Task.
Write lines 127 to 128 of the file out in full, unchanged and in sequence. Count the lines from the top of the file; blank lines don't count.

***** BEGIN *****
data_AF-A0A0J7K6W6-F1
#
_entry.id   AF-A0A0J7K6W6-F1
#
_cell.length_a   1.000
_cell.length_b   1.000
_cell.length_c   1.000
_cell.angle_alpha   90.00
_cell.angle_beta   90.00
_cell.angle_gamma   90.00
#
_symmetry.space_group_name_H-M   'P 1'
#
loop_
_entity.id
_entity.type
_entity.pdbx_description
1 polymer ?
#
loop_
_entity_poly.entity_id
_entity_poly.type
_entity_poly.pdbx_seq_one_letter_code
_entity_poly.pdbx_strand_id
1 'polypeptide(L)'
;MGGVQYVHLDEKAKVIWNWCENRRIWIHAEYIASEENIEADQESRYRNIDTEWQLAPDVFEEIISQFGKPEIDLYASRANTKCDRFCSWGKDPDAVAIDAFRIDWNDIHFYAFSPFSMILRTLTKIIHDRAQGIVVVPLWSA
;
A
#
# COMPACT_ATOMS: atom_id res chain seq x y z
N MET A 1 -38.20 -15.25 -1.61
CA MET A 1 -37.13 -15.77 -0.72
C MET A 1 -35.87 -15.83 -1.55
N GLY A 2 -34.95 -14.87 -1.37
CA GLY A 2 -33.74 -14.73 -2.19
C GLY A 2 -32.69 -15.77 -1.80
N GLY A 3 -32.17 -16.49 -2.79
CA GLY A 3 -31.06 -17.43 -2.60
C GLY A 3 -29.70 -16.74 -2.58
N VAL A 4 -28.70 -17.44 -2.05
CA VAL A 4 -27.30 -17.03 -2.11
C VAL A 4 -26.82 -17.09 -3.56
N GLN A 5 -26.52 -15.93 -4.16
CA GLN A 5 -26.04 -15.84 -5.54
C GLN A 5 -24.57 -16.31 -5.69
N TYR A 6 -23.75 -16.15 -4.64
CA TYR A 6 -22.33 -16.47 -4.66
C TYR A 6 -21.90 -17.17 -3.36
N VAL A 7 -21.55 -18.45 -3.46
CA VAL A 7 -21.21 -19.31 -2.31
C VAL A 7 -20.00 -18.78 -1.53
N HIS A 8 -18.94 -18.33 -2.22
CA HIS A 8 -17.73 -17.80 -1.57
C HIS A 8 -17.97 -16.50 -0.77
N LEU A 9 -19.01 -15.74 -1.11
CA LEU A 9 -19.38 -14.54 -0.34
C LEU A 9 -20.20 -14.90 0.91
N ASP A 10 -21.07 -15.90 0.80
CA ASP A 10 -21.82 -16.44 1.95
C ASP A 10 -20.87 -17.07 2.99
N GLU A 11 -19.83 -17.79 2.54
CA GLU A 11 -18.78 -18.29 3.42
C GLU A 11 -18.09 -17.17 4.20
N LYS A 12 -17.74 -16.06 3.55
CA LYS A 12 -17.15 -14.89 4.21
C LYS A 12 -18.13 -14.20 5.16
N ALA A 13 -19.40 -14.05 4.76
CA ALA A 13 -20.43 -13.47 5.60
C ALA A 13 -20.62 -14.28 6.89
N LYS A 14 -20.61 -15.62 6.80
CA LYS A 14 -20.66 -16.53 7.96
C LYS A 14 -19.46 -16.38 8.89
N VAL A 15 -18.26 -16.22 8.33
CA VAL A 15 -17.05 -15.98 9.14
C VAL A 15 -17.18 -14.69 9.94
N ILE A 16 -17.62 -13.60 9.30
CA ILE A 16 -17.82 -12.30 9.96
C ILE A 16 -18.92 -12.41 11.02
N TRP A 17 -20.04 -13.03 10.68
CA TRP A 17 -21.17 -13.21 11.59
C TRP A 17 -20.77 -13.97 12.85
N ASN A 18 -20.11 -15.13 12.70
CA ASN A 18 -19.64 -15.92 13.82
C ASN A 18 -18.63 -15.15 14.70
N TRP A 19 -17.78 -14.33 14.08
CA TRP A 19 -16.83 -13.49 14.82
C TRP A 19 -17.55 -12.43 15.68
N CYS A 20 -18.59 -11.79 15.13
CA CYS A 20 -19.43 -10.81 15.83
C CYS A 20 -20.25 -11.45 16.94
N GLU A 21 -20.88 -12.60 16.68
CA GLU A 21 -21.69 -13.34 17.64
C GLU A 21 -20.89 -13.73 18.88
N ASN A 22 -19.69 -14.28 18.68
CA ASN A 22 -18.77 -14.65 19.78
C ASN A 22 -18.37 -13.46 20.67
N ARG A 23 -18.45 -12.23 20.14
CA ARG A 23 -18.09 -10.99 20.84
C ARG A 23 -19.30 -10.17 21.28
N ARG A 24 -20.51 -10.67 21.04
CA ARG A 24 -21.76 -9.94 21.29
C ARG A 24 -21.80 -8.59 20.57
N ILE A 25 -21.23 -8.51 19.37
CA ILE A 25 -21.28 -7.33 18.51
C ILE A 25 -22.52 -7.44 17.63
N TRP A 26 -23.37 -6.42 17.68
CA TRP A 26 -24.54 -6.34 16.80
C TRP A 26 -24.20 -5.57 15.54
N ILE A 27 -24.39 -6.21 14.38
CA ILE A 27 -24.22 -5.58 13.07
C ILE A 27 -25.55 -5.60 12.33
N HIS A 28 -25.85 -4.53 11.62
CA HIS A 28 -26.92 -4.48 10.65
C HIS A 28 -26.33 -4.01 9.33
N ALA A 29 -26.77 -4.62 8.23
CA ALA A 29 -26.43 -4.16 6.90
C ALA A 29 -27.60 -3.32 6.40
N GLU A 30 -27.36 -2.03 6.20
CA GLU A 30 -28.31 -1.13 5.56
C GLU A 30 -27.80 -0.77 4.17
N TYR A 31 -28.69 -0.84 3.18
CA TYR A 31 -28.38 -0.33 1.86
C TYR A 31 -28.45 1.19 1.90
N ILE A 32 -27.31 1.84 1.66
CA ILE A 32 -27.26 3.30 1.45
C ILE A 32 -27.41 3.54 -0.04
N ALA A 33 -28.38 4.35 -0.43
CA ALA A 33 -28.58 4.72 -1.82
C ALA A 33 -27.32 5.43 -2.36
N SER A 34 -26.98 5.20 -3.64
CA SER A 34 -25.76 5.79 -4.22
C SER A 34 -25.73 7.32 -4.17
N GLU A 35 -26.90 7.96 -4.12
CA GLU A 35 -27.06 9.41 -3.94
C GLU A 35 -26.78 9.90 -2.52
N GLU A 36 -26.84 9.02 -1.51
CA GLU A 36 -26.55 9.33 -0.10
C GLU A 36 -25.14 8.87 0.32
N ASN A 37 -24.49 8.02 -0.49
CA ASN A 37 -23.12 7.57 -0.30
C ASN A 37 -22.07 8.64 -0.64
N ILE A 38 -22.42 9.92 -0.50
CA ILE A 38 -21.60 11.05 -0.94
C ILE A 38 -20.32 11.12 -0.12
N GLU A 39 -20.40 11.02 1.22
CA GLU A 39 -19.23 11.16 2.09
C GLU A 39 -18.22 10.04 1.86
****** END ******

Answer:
N ALA A 33 -28.38 4.35 -0.43
CA ALA A 33 -28.58 4.72 -1.82